via Gfycat

this is not financial advice

*I have no idea what I’m talking about


(Indirect quote)

While it’s true that the market always goes up in the long run, this is only true in the very long term. There have been multiple periods in the S&P’s history of many years with no appreciation.

My crazy ramblings:

When Japan’s asset bubble burst in the 90’s, for various reasons their economy went mostly sideways until 2010. We could see something similar after this upcoming (…great, average, …great-er?) recession.

Japan’s strong economic growth in the second half of the 20th century ended abruptly at the start of the 1990s. The Plaza Accord doubling of the exchange rate value of the dollar versus the yen between 1985 and 1987 fueled a speculative asset price bubble of a massive scale. The bubble was caused by the excessive loan growth quotas dictated on the banks by Japan’s central bank, the Bank of Japan, through a policy mechanism known as the “window guidance”.[8][9] As economist Paul Krugman explained, “Japan’s banks lent more, with less regard for quality of the borrower, than anyone else’s. In doing so they helped inflate the bubble economy to grotesque proportions.”[10]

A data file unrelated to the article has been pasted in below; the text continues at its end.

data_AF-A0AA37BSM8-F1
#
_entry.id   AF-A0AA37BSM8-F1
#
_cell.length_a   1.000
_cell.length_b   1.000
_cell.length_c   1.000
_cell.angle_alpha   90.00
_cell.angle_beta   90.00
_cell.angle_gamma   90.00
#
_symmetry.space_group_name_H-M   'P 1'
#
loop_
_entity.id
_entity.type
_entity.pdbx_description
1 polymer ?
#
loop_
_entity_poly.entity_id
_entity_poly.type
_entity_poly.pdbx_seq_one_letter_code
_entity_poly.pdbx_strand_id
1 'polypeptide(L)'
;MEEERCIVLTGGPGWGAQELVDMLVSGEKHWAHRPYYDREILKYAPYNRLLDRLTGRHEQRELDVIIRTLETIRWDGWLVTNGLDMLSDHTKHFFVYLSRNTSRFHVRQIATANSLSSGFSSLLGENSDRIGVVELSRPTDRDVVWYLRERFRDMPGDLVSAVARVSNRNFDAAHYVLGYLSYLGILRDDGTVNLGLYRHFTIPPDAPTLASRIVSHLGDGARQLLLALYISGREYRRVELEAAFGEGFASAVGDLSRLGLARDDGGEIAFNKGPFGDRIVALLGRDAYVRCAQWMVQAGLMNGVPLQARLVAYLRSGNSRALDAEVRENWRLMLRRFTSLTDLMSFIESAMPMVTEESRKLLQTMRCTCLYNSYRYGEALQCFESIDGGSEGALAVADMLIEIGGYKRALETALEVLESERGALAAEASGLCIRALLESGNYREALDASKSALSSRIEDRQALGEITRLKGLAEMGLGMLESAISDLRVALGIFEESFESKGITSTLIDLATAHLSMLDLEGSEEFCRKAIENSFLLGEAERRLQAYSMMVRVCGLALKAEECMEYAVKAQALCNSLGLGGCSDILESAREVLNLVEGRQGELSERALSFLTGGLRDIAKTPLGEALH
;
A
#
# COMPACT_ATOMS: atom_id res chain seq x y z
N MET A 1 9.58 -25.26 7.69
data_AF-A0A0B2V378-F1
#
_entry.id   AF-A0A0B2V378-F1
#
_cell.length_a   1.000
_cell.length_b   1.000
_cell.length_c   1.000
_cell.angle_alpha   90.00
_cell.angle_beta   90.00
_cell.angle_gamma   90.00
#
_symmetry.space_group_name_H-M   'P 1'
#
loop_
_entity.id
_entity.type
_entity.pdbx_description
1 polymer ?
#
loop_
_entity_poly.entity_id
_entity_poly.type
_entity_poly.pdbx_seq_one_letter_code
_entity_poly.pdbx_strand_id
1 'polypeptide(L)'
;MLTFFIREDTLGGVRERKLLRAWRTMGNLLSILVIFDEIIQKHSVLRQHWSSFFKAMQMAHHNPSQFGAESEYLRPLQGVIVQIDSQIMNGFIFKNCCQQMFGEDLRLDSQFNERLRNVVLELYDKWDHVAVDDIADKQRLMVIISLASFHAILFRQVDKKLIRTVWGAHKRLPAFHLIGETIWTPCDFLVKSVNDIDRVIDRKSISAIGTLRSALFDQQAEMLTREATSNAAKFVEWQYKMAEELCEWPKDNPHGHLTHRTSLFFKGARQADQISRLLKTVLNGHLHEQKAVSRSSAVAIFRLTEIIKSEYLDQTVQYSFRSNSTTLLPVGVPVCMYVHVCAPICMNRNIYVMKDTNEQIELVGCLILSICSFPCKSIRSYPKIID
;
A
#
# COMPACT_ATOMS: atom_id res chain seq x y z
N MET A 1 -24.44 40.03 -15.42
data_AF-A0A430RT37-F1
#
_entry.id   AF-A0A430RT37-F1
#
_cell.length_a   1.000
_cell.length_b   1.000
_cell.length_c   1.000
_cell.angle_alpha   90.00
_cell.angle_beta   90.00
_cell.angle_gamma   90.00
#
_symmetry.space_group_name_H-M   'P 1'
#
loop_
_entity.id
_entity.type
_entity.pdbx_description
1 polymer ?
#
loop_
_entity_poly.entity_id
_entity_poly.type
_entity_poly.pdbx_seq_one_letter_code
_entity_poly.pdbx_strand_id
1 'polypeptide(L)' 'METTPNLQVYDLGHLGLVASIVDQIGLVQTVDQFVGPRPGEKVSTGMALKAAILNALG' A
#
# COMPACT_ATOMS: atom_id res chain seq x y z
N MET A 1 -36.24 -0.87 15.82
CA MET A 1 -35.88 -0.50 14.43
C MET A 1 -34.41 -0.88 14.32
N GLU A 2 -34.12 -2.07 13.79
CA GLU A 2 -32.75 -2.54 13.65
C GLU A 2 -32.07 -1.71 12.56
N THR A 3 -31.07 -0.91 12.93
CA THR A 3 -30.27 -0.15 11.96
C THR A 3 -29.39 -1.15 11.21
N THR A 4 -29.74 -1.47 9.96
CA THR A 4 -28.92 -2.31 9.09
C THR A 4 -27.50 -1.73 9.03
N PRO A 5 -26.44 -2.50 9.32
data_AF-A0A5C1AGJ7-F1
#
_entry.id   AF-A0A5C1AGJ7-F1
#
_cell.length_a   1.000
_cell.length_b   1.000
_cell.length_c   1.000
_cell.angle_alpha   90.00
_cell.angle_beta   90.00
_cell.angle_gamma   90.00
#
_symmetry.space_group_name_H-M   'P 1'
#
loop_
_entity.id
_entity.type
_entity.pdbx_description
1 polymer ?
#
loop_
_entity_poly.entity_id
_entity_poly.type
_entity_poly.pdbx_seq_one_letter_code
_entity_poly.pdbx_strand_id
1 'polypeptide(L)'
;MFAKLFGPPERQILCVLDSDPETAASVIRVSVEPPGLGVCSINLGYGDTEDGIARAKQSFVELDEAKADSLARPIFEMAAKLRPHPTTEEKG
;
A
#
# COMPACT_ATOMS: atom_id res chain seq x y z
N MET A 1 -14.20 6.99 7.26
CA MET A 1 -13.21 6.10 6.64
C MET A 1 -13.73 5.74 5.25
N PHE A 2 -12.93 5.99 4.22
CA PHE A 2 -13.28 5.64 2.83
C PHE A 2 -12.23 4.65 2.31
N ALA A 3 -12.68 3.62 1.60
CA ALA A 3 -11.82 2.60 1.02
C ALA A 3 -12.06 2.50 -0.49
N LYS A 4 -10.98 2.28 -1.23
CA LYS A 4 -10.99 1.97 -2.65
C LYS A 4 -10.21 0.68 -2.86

Eventually, many of these failing firms became unsustainable, and a wave of consolidation took place, resulting in four national banks in Japan. Many Japanese firms were burdened with heavy debts, and it became very difficult to obtain credit. Many borrowers turned to sarakin (loan sharks) for loans. As of 2012, the official interest rate was 0.1%;[14] the interest rate has remained below 1% since 1994.[15]

Nikkei 225 annual closing price saw the price sliding from 1990 onwards

This isn’t a reason to panic sell, and it isn’t even conclusive really, call it more a hunch than anything.

But Japan’s bubble burst showed: interest rates kept too low too long can cause an asset bubble to form, and once it pops, it’s extremely hard to crawl out of that hole.

The problem is: already too-low interest rates can’t reasonably go below zero. If they were to go below zero, lenders would receive less money back than they issued. This would make no sense: you’d be better off keeping money under your mattress than lending out.

It’s basic math. You’re stuck.

In Japan’s case, firms became less willing to take on debt, and productivity across the country didn’t increase much.

We may be in for a bumpy ride the next few years, but:

At this point, holding on to your assets, not panic selling, ignoring the news, and sitting and waiting is an arguably valid strategy

The market has been detached from economic fundamentals for a very long time. With central banks pumping unlimited liquidity over the last decade, which has nowhere to go (not too many worthy investment projects) the money has instead pilled in equities. Overvalued stocks only have one way to go and that is down. The trigger doesn’t need to be something attached to economic fundamentals either. It could be totally random, but broadly speaking it has to be something with global implications regardless of its overall magnitude. We shouldn’t blame the virus for triggering this. The market had it coming for a while.

Nitin S.



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